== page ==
The Fence Post obituary: Robert Buckley Pryor
Robert Buckley Pryor, 89,
June 8, 1929 – Jan. 11, 2019
Fort Collins, Colo.
Bob Pryor was born in Sarcoxie, Mo., to farmers during the Great Depression, and moved multiple times across the western United States as a child with his family. He spent most of his childhood in Missouri, then settled in Gunnison, Colo., as a teenager to work at his uncle’s cattle ranch feeding cows, breaking horses and cutting props and saw logs by hand that were skidded out with horses.
He worked with his father for the county as a dozer and blade hand until 1950, then moved to the Pueblo, Colo., area. He was drafted in March of 1950 to serve in the Korean War as a construction engineer, sergeant 1st class, at one point constructing roadways behind enemy lines.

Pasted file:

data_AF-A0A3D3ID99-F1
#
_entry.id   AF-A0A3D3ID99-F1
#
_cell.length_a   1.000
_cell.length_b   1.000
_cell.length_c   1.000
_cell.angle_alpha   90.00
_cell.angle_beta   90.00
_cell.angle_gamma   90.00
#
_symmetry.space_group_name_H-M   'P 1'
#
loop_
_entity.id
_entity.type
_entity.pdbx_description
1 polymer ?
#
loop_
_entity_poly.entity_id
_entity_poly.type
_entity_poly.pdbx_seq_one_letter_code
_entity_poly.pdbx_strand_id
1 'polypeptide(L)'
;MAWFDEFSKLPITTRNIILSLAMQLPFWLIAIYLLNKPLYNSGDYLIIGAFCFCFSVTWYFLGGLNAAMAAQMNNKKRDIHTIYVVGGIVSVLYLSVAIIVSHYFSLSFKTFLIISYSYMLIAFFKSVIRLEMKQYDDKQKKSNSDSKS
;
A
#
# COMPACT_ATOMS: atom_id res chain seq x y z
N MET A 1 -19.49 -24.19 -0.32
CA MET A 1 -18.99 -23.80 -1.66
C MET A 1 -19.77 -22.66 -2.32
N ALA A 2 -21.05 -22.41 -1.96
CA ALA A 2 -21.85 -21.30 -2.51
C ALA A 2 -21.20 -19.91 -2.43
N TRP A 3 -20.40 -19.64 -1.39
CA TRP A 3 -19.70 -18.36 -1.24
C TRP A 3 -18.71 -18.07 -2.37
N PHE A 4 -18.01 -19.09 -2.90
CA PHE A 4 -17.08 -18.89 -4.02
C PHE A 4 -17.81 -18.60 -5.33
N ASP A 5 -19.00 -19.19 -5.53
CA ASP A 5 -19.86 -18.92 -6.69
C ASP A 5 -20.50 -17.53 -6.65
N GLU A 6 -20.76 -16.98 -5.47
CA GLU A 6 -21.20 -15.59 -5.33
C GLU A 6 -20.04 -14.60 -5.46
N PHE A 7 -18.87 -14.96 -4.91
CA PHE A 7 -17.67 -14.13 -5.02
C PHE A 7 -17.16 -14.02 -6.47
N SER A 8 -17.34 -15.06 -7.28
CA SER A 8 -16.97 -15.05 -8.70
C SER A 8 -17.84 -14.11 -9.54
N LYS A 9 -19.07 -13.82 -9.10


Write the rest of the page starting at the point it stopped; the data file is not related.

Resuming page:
After discharge in 1952, he met Donna (Blank) Pryor in Colorado Springs, Colo., and they married after a short courtship. They moved to Fort Collins, Colo., in 1963, where they resided for 56 years raising hay and cattle. He worked as a construction supervisor and heavy equipment operator for Spencer Construction, then for himself. He earned the reputation for being able to do anything with a back hoe or from a tractor seat. He was a member of the Operating Engineers Local #9 for 66 years. He is survived by his wife Donna, sons Terry and Larry, daughter Halli, six grandchildren and three grea-grandchildren.
A natural and avid story teller, with a full lifetime of experience to pull from, he often had the room in stitches and wondering how he survived to such a ripe old age. His favorite subjects were various combinations of old pickups, old tractors, broncy horses, and good dogs, augmented by his own colorful language and euphemisms. Fittingly, the sun rose and set around haying time, and in the decades of his later years he became famous as the area’s custom hay man. He personified the values of his generation, by a word, a handshake and a look in the eye.
A life celebration with family and friends will be held at a later date, when the hay field turns to green.